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Crimes of the Art is a weekly survey of artless criminals’ cultural misdeeds. Crimes are rated on a highly subjective scale from one “Scream” emoji — the equivalent of a vandal tagging the exterior of a local history museum in a remote part of the US — to five “Scream” emojis — the equivalent of the Isabella Stewart Gardner Museum heist.
Punk Update to a Punk Exhibition
Viv Albertine, the British punk icon and guitarist for The Slits, became so frustrated with the erasure of women in Punk 1976–78 — a historical exhibition on punk’s early years at the British Library — that she made some edits to the show’s introductory wall text. Albertine crossed out the names of all-male bands including The Sex Pistols and The Buzzcocks, replacing them with the names of bands led by women, including X-Ray Spex and Siouxsie and the Banshees. She signed her handiwork, and added: “What about the women!!”
Verdict: To be clear, the crime here is a venerable institution that should know better excluding women’s voices from its historical account of punk’s development.
Monets Bought with Stolen Moneys Seized
Two paintings by Claude Monet and a drawing by Vincent van Gogh, which billionaire Malaysian businessman Jho Low is accused of buying with money he stole from the country’s 1Malaysia Development Bhd. (1MDB) federal investment fund, have been seized by Swiss authorities. Local agents were complying with a request from the Federal Office of Justice in the US, where a civil lawsuit was filed against Low last week.
Verdict: If only 1MDB had bought those works itself — post-Impressionist masterpieces are usually sound investments.
French Court Orders Orlan to Pay Lady Gaga
A French court found in favor of Lady Gaga in a lawsuit brought against the pop star by conceptual artist Orlan, in which she accused Gaga of forgery. The dispute stemmed from imagery in the “Born This Way” music video that is strikingly similar to body modification pieces by Orlan. The court not only sided with Gaga, but ordered Orlan to pay her and her record label €20,000 (~$22,000). Orlan plans to appeal the decision.
Verdict: Now would be a good time for Orlan to heed Gaga’s words, rather than her images: “Don’t hide yourself in regret, just love yourself and you’re set.”
Gambling App Bets Big on Stolen Trump Image
Artist Jason Seiler was recently alerted to the fact that the app “Trump Slots” features a blatant ripoff of a caricature of Donald Trump that he painted for the cover of Utne Reader in 2010. “They had a dumb idea for a game and wanted to get it out in time for the Republican Convention so they could make a few bucks,” Seiler wrote in the New York Observer, “while not having integrity enough to care about their image and what it might say about who they are.”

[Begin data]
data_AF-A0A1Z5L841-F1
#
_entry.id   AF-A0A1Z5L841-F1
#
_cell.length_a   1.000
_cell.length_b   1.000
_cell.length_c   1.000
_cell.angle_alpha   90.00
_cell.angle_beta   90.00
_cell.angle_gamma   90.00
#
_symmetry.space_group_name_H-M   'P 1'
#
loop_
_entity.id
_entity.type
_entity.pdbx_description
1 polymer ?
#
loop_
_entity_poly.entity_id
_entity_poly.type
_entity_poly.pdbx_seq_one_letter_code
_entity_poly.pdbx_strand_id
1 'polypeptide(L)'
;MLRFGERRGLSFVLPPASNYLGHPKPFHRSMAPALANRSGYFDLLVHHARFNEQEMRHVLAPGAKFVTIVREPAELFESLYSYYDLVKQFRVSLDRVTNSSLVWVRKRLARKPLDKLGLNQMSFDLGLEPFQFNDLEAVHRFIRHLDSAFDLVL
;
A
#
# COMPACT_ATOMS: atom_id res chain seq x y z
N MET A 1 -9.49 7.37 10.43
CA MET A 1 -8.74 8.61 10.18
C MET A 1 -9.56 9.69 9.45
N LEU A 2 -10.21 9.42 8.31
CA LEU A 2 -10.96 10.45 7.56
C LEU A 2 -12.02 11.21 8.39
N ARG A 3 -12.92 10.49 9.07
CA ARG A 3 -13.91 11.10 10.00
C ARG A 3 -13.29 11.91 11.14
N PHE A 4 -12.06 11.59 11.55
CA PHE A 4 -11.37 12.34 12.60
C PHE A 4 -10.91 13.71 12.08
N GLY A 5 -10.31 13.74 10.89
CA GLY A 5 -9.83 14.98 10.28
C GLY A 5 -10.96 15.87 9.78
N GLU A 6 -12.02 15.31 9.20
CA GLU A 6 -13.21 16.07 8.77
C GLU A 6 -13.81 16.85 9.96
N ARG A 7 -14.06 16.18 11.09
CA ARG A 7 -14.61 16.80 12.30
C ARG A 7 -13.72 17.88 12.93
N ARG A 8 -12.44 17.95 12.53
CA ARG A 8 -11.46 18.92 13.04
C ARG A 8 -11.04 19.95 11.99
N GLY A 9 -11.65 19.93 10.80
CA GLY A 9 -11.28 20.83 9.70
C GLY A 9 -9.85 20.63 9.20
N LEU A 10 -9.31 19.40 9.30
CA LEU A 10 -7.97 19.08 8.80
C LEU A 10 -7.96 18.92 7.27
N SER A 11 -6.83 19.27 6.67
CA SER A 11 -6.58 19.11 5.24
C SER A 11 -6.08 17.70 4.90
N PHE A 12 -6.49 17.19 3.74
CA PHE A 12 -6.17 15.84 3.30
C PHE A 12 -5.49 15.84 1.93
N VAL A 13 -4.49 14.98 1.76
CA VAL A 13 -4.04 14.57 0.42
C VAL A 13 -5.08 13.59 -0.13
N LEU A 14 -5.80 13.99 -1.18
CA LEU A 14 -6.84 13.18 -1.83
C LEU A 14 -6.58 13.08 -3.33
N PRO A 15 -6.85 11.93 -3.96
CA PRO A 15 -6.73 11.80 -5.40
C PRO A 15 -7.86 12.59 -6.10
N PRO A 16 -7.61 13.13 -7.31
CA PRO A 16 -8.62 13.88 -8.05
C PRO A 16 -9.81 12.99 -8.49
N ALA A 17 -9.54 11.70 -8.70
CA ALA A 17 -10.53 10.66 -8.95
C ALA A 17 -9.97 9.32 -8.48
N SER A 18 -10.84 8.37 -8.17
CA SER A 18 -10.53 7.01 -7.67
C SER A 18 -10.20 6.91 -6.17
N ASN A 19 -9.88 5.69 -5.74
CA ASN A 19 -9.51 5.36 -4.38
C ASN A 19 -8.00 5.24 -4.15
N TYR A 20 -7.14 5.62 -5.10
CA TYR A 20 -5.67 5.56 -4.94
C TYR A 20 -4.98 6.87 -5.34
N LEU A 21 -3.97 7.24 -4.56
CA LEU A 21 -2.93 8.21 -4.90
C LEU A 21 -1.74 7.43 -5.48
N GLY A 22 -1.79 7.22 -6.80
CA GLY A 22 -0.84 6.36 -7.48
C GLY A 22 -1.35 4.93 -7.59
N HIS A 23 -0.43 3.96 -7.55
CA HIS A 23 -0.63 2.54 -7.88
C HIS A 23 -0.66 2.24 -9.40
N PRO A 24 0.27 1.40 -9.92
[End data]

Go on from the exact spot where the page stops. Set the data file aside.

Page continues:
Verdict: The creators of “Trump Slots” must be graduates of Trump University.
Three Cops Investigated for Flipping Seized Loot
Three police officers in the Indian city of Noida are under investigation for allegedly failing to catalogue the artifacts they’d seized from a temple robber, and then turning around and selling them. After the 2013 robbery, locals caught the thief and he was jailed, but the goods worth 250,000 rupees (~$3,700) that he’d taken from Balaji Temple Sector 126 were never returned.
Verdict: Sadly, for every case like this that is brought to justice, many more likely go undetected and unpunished.
Who Let the Dog Paintings Out?
Thieves made off with nearly $1,500 worth of art — four paintings and about 30 small prints — in two successive robberies at artist Robert McCintock’s studio and gallery in Baltimore’s Fells Point neighborhood. “Three dog pictures, which is a very specific niche of theft, I guess, and one of Fells Point,” McCintock told WMAR Baltimore.
Verdict: The police have no leads, but hope tips from the public can help them collar the thieves.
The works in Fault Lines prove that abstraction need not be confined to the inner life of the artist.
Celeste’s sculptures all rely on natural forces to achieve balance, and thus are perpetually on the precipice of collapse.
Romanticism to Ruin: Two Lost Works of Sullivan and Wright memorializes Chicago’s Garrick Theatre and Buffalo’s Larkin Building, which were razed to build a parking lot and a truck stop.
By reinventing the traditional bokashi technique, Hamanaka reminds us that nothing is dead, even when many proclaim otherwise.
The company’s mastery of the art market’s smoke and mirrors is its most impressive illusion.
Sadly, though by no means surprisingly, there is precedence for this female erasure. Women have been and continue to be the executors of the invisible, unpaid, unaccredited labor that makes much of the world run smoothly.